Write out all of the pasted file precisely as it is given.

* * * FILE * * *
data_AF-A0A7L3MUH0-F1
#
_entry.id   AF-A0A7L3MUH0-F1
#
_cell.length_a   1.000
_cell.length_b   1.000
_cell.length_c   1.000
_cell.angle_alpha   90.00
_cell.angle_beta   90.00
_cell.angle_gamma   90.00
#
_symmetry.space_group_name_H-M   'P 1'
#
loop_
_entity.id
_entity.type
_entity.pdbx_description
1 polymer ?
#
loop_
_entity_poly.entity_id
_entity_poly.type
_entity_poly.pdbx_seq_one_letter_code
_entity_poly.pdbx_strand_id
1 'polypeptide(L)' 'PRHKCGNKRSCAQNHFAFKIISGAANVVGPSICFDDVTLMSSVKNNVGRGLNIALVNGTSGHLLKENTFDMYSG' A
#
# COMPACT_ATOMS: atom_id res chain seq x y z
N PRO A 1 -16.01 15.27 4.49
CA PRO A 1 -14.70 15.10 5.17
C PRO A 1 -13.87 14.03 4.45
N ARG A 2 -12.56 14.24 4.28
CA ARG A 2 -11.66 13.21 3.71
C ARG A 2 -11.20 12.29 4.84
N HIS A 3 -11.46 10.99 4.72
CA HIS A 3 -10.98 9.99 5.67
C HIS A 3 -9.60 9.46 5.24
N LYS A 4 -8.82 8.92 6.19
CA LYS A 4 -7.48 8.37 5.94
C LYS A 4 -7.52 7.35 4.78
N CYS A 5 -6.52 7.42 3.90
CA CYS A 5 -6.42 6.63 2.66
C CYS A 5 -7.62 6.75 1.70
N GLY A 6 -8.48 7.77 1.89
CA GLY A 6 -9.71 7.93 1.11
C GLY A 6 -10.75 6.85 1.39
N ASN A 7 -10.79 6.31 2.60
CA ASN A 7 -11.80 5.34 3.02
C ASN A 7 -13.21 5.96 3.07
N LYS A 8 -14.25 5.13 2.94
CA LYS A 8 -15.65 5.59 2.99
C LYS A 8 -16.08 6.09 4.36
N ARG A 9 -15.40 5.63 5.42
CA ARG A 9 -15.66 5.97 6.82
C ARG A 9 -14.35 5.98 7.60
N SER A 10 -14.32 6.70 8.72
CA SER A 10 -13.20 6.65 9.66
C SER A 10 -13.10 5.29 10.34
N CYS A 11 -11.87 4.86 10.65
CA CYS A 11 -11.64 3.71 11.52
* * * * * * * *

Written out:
data_AF-A0A7L3MUH0-F1
#
_entry.id   AF-A0A7L3MUH0-F1
#
_cell.length_a   1.000
_cell.length_b   1.000
_cell.length_c   1.000
_cell.angle_alpha   90.00
_cell.angle_beta   90.00
_cell.angle_gamma   90.00
#
_symmetry.space_group_name_H-M   'P 1'
#
loop_
_entity.id
_entity.type
_entity.pdbx_description
1 polymer ?
#
loop_
_entity_poly.entity_id
_entity_poly.type
_entity_poly.pdbx_seq_one_letter_code
_entity_poly.pdbx_strand_id
1 'polypeptide(L)' 'PRHKCGNKRSCAQNHFAFKIISGAANVVGPSICFDDVTLMSSVKNNVGRGLNIALVNGTSGHLLKENTFDMYSG' A
#
# COMPACT_ATOMS: atom_id res chain seq x y z
N PRO A 1 -16.01 15.27 4.49
CA PRO A 1 -14.70 15.10 5.17
C PRO A 1 -13.87 14.03 4.45
N ARG A 2 -12.56 14.24 4.28
CA ARG A 2 -11.66 13.21 3.71
C ARG A 2 -11.20 12.29 4.84
N HIS A 3 -11.46 10.99 4.72
CA HIS A 3 -10.98 9.99 5.67
C HIS A 3 -9.60 9.46 5.24
N LYS A 4 -8.82 8.92 6.19
CA LYS A 4 -7.48 8.37 5.94
C LYS A 4 -7.52 7.35 4.78
N CYS A 5 -6.52 7.42 3.90
CA CYS A 5 -6.42 6.63 2.66
C CYS A 5 -7.62 6.75 1.70
N GLY A 6 -8.48 7.77 1.89
CA GLY A 6 -9.71 7.93 1.11
C GLY A 6 -10.75 6.85 1.39
N ASN A 7 -10.79 6.31 2.60
CA ASN A 7 -11.80 5.34 3.02
C ASN A 7 -13.21 5.96 3.07
N LYS A 8 -14.25 5.13 2.94
CA LYS A 8 -15.65 5.59 2.99
C LYS A 8 -16.08 6.09 4.36
N ARG A 9 -15.40 5.63 5.42
CA ARG A 9 -15.66 5.97 6.82
C ARG A 9 -14.35 5.98 7.60
N SER A 10 -14.32 6.70 8.72
CA SER A 10 -13.20 6.65 9.66
C SER A 10 -13.10 5.29 10.34
N CYS A 11 -11.87 4.86 10.65
CA CYS A 11 -11.64 3.71 11.52